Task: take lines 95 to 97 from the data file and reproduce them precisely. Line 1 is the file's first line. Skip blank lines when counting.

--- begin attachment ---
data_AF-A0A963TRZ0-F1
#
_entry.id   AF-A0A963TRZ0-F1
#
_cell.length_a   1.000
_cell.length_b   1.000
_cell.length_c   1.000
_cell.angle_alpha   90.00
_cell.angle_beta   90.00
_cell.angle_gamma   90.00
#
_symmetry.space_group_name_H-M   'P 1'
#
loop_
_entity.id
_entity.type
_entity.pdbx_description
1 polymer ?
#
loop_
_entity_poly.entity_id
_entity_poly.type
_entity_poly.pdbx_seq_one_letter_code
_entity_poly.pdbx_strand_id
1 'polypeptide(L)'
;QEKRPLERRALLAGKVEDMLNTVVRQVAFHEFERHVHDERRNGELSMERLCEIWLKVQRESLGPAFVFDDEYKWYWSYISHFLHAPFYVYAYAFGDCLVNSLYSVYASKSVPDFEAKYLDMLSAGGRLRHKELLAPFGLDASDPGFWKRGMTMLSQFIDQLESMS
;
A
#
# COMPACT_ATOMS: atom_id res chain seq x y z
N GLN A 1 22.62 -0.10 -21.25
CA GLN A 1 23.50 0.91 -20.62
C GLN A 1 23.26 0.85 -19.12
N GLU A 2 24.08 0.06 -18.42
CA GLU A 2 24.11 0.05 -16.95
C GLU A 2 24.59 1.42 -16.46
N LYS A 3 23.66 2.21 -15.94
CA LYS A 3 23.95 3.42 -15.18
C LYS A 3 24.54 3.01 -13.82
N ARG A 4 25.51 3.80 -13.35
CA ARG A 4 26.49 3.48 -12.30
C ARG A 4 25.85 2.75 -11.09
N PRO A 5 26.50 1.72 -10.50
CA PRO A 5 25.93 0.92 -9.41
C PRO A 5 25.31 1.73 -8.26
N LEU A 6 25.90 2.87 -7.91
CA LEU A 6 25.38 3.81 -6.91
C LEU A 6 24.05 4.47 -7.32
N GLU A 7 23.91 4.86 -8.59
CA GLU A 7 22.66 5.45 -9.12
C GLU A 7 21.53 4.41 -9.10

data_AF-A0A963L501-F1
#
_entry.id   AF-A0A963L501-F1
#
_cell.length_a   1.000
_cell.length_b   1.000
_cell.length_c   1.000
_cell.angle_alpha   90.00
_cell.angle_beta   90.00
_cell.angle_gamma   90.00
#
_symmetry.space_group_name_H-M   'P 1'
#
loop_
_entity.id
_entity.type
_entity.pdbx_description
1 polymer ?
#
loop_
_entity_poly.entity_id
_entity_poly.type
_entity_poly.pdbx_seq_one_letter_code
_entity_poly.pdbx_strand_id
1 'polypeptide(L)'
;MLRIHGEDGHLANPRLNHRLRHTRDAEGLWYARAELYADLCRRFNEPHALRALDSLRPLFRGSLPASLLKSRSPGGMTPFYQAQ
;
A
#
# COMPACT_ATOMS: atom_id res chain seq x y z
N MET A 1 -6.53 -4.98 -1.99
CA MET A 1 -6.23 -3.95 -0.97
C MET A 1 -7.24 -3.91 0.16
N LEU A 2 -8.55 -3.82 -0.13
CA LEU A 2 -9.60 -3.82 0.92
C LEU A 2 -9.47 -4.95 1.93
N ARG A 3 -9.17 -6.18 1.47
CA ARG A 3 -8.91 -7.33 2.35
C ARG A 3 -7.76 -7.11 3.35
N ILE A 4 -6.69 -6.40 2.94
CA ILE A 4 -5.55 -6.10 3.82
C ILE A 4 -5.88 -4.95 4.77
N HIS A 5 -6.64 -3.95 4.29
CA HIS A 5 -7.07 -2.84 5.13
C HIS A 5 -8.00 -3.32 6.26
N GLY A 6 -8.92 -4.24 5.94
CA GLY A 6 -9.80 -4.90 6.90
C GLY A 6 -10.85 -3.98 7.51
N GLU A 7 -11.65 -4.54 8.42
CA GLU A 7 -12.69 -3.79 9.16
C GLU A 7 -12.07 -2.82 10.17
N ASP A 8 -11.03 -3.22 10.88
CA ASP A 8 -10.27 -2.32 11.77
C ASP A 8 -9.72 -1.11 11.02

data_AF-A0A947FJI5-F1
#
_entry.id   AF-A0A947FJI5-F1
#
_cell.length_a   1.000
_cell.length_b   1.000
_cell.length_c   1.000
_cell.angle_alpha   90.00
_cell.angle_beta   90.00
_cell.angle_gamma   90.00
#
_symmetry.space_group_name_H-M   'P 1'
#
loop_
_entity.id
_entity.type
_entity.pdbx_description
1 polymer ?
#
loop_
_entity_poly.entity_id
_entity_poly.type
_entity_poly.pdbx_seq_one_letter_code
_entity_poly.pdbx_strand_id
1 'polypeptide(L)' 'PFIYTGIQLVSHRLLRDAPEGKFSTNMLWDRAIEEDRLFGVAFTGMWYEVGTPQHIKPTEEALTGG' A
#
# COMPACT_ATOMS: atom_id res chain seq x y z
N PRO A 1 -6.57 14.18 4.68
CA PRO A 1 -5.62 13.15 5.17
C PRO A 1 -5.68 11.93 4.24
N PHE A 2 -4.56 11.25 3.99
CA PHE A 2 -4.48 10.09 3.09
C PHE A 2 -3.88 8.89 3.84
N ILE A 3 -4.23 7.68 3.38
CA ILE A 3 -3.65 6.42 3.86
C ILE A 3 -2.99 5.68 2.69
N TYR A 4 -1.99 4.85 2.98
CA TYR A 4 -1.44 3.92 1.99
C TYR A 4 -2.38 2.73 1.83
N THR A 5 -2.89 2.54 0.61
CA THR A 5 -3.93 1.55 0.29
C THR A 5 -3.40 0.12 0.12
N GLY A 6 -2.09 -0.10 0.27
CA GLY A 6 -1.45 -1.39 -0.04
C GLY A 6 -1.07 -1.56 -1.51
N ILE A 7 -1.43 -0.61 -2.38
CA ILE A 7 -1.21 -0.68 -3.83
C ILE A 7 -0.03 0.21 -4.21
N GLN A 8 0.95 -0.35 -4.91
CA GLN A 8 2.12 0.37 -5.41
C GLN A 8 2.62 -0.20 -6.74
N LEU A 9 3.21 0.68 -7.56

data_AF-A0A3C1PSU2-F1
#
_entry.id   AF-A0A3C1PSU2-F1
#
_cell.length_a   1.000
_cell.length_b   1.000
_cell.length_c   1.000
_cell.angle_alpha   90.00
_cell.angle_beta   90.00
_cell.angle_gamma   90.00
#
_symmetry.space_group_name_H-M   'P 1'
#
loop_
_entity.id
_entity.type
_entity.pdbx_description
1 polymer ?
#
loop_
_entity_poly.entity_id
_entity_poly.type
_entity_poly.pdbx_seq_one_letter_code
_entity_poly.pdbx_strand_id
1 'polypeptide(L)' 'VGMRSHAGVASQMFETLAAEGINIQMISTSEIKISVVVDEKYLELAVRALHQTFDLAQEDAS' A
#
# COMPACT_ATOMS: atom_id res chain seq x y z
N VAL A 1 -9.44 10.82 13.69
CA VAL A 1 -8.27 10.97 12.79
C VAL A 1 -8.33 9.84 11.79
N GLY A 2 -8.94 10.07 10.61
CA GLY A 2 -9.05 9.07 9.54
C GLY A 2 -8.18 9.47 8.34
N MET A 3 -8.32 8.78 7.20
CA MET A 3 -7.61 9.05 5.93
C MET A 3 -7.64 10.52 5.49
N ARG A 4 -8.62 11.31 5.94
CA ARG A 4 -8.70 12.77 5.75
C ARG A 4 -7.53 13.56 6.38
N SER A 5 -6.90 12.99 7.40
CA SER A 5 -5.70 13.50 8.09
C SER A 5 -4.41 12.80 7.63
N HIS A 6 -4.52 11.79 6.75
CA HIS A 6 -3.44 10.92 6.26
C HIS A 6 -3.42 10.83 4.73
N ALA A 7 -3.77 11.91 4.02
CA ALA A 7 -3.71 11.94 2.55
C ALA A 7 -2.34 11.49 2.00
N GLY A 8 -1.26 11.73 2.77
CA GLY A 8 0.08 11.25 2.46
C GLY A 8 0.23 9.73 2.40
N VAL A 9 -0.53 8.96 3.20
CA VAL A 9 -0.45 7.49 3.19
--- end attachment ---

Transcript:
CA HIS A 5 -7.07 -2.84 5.13
C HIS A 5 -8.00 -3.32 6.26
N GLY A 6 -8.92 -4.24 5.94